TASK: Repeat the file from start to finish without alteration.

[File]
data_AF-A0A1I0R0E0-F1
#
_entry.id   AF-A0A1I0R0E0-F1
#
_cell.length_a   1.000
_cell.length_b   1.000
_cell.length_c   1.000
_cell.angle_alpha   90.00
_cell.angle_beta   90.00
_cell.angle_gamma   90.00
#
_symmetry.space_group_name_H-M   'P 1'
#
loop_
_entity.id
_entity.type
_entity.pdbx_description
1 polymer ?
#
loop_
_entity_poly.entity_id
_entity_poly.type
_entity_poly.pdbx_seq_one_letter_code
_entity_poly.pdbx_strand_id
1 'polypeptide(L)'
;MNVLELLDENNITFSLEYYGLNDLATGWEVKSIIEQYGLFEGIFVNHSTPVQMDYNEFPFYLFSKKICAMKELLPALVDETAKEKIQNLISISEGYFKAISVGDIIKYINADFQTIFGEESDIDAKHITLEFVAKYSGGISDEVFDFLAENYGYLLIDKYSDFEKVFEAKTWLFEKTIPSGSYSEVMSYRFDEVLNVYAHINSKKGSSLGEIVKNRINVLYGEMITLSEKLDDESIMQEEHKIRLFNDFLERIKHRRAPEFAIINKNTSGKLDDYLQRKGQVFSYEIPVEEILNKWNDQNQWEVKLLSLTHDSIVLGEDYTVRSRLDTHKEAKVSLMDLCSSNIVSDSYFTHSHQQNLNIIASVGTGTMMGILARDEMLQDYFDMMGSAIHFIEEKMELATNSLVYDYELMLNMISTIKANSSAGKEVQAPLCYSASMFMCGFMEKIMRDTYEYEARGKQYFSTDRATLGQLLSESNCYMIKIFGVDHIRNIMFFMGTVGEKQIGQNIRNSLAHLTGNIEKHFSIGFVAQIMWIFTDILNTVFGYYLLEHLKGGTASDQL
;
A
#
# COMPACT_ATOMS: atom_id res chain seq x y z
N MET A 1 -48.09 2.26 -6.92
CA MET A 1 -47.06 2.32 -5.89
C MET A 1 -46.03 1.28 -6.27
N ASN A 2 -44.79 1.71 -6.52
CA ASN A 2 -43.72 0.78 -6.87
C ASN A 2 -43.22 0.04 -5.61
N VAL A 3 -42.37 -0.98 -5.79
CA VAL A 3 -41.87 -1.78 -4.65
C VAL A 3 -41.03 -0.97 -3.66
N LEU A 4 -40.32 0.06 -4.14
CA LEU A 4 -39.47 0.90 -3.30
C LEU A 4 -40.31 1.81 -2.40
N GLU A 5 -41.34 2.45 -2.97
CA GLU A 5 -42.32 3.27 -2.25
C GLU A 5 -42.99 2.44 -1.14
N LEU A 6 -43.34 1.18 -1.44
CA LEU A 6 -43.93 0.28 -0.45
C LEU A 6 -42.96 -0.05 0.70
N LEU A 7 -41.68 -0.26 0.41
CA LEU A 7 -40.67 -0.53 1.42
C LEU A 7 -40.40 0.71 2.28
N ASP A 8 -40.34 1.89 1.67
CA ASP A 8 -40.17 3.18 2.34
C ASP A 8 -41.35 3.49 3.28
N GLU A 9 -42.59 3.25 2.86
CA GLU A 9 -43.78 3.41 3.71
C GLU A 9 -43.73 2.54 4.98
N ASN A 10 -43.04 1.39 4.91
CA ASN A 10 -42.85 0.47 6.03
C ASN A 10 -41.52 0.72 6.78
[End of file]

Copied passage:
data_AF-A0A1I0R0E0-F1
#
_entry.id   AF-A0A1I0R0E0-F1
#
_cell.length_a   1.000
_cell.length_b   1.000
_cell.length_c   1.000
_cell.angle_alpha   90.00
_cell.angle_beta   90.00
_cell.angle_gamma   90.00
#
_symmetry.space_group_name_H-M   'P 1'
#
loop_
_entity.id
_entity.type
_entity.pdbx_description
1 polymer ?
#
loop_
_entity_poly.entity_id
_entity_poly.type
_entity_poly.pdbx_seq_one_letter_code
_entity_poly.pdbx_strand_id
1 'polypeptide(L)'
;MNVLELLDENNITFSLEYYGLNDLATGWEVKSIIEQYGLFEGIFVNHSTPVQMDYNEFPFYLFSKKICAMKELLPALVDETAKEKIQNLISISEGYFKAISVGDIIKYINADFQTIFGEESDIDAKHITLEFVAKYSGGISDEVFDFLAENYGYLLIDKYSDFEKVFEAKTWLFEKTIPSGSYSEVMSYRFDEVLNVYAHINSKKGSSLGEIVKNRINVLYGEMITLSEKLDDESIMQEEHKIRLFNDFLERIKHRRAPEFAIINKNTSGKLDDYLQRKGQVFSYEIPVEEILNKWNDQNQWEVKLLSLTHDSIVLGEDYTVRSRLDTHKEAKVSLMDLCSSNIVSDSYFTHSHQQNLNIIASVGTGTMMGILARDEMLQDYFDMMGSAIHFIEEKMELATNSLVYDYELMLNMISTIKANSSAGKEVQAPLCYSASMFMCGFMEKIMRDTYEYEARGKQYFSTDRATLGQLLSESNCYMIKIFGVDHIRNIMFFMGTVGEKQIGQNIRNSLAHLTGNIEKHFSIGFVAQIMWIFTDILNTVFGYYLLEHLKGGTASDQL
;
A
#
# COMPACT_ATOMS: atom_id res chain seq x y z
N MET A 1 -48.09 2.26 -6.92
CA MET A 1 -47.06 2.32 -5.89
C MET A 1 -46.03 1.28 -6.27
N ASN A 2 -44.79 1.71 -6.52
CA ASN A 2 -43.72 0.78 -6.87
C ASN A 2 -43.22 0.04 -5.61
N VAL A 3 -42.37 -0.98 -5.79
CA VAL A 3 -41.87 -1.78 -4.65
C VAL A 3 -41.03 -0.97 -3.66
N LEU A 4 -40.32 0.06 -4.14
CA LEU A 4 -39.47 0.90 -3.30
C LEU A 4 -40.31 1.81 -2.40
N GLU A 5 -41.34 2.45 -2.97
CA GLU A 5 -42.32 3.27 -2.25
C GLU A 5 -42.99 2.44 -1.14
N LEU A 6 -43.34 1.18 -1.44
CA LEU A 6 -43.93 0.28 -0.45
C LEU A 6 -42.96 -0.05 0.70
N LEU A 7 -41.68 -0.26 0.41
CA LEU A 7 -40.67 -0.53 1.42
C LEU A 7 -40.40 0.71 2.28
N ASP A 8 -40.34 1.89 1.67
CA ASP A 8 -40.17 3.18 2.34
C ASP A 8 -41.35 3.49 3.28
N GLU A 9 -42.59 3.25 2.86
CA GLU A 9 -43.78 3.41 3.71
C GLU A 9 -43.73 2.54 4.98
N ASN A 10 -43.04 1.39 4.91
CA ASN A 10 -42.85 0.47 6.03
C ASN A 10 -41.52 0.72 6.78